You know you have a great business idea. You know you have a great start-up team. You even know a great deal about your industry’s trends. But – how great is your knowledge of the competitive landscape you face? Will it be enough to successfully market your start-up at launch?
Most start-up teams answer this question with a resounding “Yes!” and yet they often fall into the trap of analyzing their competition solely based on product differences and innovations. Product innovation is often critical for success and should be a focus, however, history is littered with failed start-ups that had superior products but faltered marketing them within a competitive landscape. So, while your team is busy building a better mouse trap, your ultimate success still likely hinges on how well you know your space and how you plan to market your start-up within it. Luckily, we live in an age where it is possible to study your competition relatively quickly and cheaply—helping increase your odds of success without using up precious resources.
Many aspects of your competition may warrant analysis and your space may include a large number of competitors, thus it is critical to be organized as you attempt to better know your space. Before digging too deep, create a system for how you will absorb and track this information (Who owns this task? How is it reported/summarized?). People and organizations learn differently, but ultimately you will want to create “living documents” that display important variables and paint a realistic snapshot of the marketing strategies implored in your space. This exercise serves two important purposes. First, it helps you understand which strategies are working well in your space and which are not— information that can save your start-up a tremendous amount of time and effort. Marketing is not a perfect science and can involve a lot of costly trial and error. Your start-up will make some mistakes too but learning from others’ mistakes is free and gives you a great head start. Secondly, and perhaps more importantly, this exercise will help you identify opportunities for new marketing strategies in your space. Start-up teams often pride themselves on being innovative with their product development but fall short in tapping into that same creativity when developing their marketing strategy. The truth is marketing innovation can be just as important to a successful launch as product innovation. Look no further than the successful marketing strategies of Axe grooming products and GoDaddy.com – both of whom realized that, surprisingly, no competitors in their respective spaces were marketing to men using sex as a lure.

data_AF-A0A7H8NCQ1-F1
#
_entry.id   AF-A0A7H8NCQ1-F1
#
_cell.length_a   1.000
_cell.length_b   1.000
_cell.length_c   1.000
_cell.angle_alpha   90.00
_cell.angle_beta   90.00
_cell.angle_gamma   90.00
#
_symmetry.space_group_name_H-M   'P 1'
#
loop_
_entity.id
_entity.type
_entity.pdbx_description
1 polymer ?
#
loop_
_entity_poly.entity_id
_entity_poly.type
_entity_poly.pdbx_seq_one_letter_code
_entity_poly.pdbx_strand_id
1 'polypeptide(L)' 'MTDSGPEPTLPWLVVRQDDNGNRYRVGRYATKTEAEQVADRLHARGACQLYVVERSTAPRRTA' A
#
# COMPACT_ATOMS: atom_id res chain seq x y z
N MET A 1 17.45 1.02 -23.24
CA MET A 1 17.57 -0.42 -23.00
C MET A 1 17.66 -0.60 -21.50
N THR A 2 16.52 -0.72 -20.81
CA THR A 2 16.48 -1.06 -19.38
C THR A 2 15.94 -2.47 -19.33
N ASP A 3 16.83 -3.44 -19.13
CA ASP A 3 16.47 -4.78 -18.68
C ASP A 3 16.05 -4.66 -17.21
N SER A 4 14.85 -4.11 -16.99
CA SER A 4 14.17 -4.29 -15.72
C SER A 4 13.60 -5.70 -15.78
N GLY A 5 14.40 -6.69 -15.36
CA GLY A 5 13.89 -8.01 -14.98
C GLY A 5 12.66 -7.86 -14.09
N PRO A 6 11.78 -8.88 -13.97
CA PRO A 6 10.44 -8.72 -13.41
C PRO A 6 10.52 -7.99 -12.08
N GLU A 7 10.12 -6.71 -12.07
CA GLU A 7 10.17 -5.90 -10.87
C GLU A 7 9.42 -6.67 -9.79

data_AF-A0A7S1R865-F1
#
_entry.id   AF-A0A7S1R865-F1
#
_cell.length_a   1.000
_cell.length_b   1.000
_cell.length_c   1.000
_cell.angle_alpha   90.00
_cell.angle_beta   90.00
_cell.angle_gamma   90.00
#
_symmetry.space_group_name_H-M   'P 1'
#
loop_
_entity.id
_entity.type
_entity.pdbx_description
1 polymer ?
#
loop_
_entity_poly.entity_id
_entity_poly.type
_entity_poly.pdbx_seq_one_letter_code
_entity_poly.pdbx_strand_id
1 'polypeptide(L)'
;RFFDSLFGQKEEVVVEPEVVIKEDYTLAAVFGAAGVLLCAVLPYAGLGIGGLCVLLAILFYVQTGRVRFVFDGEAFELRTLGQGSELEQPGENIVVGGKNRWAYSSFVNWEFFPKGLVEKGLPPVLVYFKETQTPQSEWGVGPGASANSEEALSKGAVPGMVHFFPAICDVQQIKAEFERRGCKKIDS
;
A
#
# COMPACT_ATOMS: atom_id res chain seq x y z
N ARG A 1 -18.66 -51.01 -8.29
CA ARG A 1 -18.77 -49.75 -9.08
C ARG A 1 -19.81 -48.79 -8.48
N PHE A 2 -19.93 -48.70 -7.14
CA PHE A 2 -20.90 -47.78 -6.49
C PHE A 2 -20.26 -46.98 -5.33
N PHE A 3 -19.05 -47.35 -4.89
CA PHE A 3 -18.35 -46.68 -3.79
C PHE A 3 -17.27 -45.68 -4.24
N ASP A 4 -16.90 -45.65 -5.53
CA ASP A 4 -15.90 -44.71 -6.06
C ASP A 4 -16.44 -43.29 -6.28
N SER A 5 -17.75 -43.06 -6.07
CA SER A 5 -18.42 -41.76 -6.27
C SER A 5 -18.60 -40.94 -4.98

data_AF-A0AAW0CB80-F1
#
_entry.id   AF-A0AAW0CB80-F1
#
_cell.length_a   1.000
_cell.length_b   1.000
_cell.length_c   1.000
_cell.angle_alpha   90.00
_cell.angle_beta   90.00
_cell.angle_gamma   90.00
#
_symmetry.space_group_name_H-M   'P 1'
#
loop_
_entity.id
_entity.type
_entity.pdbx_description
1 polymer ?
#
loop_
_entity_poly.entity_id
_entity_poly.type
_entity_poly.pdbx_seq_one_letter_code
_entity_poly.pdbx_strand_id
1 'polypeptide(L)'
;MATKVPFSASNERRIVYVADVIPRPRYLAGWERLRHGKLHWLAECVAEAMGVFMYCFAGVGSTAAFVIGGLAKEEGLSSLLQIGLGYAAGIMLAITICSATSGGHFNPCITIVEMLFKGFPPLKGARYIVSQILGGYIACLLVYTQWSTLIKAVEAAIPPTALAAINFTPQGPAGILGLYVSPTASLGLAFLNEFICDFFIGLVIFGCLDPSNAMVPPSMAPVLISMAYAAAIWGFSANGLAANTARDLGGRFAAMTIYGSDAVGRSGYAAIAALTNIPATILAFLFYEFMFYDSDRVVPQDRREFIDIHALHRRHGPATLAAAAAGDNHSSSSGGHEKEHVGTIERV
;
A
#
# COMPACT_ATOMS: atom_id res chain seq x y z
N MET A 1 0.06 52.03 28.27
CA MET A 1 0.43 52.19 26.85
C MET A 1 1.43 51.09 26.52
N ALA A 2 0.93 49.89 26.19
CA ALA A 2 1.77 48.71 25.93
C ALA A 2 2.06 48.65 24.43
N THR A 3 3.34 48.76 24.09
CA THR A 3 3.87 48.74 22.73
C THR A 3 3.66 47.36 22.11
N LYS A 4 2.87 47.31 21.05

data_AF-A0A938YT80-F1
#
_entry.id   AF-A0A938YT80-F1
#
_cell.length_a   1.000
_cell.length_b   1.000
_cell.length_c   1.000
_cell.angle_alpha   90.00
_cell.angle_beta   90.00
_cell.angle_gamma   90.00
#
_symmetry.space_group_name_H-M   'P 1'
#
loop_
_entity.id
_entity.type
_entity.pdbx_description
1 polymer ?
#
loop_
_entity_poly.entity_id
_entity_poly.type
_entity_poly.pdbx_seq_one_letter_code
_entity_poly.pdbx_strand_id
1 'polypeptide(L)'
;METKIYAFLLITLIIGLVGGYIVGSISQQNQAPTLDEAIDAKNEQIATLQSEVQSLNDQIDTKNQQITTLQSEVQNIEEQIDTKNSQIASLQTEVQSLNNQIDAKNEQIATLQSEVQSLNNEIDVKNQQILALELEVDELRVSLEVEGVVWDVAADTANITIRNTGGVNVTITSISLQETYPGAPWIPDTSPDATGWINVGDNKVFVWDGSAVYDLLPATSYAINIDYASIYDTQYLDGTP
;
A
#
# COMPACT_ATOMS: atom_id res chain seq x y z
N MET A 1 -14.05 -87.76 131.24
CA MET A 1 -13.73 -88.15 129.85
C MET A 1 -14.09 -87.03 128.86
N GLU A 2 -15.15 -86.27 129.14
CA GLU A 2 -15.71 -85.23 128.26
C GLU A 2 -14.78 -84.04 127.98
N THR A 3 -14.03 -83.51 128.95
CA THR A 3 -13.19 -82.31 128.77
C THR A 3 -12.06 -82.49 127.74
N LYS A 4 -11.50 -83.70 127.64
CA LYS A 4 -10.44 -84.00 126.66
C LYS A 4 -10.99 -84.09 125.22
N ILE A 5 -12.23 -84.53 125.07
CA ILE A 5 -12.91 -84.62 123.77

In terms of which aspects of the competition’s marketing strategies are best to analyze (aside from product development), I recommend the following to get you started:
Customer Trends and Demographics
Though this seems like an obvious aspect for a start-up team to understand about their space, one only needs to view a handful of business plans and their lofty projections to know that many entrepreneurs do not have a realistic understanding of the competitive landscape they face. While aggregate data from industry sites is very helpful, looking at web site data for particular competitors can reveal a number of important insights such as short and long-term growth rates, seasonality, bounces from large marketing campaigns or pricing changes, and changes in customer demographics. While this information is particular to the online channel, it still serves as a good proxy for understanding a competitor on the whole. Compete, Alexa, and Comscore are among those sites that excel at providing such data. Please remember, as with all research, it is best to use multiple sources if possible to confirm your assumptions.
From search and social media to direct mail and TV ads, today’s businesses have a plethora of ways in which to connect with potential customers. The marketing mix chosen by your competitors can tell you a great deal about who they see as potential customers, how they hope to influence purchasing decisions, and indicate the marketing dollars at their disposal. Companies often give clues about their marketing mix in their financial statements (if public) and presentations or during interviews with such sites as Advertising Age or Internet Retailer. A number of web sites estimate efforts within particular marketing channels, such as Wild Fire Social Media Monitoring, iSpionage, and Yureekah. It is also important to sign up for competitors’ emails and social media offerings. I recommend doing so via a single, team-shared e-mail /social media profile so that anyone on your team can log-in and quickly view all your competitors’ social communications in one spot.
Once you have your gathering and reporting system in place and start tracking competitors, you will hone in on the variables that are most important to your decision-making and your start-up team will become well-versed in the existing marketing strategies within your space. This knowledge will empower your team to make wise marketing choices when launching your start-up. Whether it is avoiding costly mistakes others have made, building upon proven strategies, or finding ways to bring innovation to your marketing efforts, if you really want to win the race… know your space!
Randy Brians is a Senior Online Marketing Consultant at Sparkplug Digital and is a member of the Strategy and Competitive Intelligence Professionals (SCIP) network. Randy welcomes questions and comments here or via e-mail at firstname.lastname@example.org